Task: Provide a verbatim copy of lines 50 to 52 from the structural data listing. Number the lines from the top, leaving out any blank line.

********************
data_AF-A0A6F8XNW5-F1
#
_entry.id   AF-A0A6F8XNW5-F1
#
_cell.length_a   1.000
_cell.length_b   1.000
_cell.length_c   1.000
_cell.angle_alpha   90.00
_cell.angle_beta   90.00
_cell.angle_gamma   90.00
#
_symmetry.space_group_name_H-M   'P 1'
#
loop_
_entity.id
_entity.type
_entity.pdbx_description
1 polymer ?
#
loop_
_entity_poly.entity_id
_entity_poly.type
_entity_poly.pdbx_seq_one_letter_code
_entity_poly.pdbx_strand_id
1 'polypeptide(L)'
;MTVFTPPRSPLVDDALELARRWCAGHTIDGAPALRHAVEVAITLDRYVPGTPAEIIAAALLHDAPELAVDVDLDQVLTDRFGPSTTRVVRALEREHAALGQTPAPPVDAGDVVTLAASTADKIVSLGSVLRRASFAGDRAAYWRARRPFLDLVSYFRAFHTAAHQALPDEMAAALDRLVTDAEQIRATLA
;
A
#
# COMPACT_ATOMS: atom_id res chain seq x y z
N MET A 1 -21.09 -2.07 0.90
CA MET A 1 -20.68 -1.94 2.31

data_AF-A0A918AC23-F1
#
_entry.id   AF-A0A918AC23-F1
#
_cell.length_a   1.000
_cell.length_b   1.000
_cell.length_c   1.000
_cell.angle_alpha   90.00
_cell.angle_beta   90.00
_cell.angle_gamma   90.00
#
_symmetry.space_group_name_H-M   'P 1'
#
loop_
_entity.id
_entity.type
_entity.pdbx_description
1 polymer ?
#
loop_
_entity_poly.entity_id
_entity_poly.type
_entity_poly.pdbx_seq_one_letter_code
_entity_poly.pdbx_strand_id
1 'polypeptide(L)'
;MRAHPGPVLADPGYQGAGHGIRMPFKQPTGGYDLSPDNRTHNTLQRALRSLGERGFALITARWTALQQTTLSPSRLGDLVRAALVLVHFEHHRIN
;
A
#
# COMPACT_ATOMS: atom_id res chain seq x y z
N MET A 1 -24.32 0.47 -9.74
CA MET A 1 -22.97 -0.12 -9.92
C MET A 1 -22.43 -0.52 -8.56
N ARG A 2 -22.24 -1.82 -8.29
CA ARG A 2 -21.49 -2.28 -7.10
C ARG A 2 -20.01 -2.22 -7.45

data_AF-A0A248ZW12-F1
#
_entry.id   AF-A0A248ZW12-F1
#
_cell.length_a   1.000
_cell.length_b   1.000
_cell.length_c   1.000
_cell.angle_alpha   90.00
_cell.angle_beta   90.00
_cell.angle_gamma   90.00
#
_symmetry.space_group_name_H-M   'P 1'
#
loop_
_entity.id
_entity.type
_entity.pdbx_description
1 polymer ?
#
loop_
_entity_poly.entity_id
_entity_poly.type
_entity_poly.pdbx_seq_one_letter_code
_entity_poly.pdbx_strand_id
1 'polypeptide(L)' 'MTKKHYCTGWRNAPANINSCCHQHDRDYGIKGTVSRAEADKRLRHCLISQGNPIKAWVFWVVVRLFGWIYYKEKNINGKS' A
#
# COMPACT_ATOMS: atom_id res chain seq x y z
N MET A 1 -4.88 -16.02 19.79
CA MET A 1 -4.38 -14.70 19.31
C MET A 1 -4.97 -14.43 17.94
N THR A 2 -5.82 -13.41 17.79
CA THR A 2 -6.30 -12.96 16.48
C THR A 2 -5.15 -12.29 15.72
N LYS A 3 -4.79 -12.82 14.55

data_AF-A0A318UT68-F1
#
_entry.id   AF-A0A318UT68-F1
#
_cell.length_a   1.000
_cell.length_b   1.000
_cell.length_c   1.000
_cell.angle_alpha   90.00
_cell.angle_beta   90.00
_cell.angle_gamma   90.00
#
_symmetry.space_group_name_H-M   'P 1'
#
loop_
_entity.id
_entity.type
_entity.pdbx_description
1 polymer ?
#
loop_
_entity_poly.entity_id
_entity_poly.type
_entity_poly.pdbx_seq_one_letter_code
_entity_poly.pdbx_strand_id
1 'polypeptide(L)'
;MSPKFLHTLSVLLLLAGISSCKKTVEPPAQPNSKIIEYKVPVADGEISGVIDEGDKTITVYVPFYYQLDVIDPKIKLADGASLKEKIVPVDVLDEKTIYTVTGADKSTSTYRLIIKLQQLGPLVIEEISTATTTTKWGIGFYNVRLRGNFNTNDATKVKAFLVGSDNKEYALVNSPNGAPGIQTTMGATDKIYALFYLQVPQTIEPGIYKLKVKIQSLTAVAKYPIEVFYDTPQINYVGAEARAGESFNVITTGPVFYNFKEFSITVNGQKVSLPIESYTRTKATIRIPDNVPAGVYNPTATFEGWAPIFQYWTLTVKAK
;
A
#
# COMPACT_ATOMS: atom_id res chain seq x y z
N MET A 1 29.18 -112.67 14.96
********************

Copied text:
1 polymer ?
#
loop_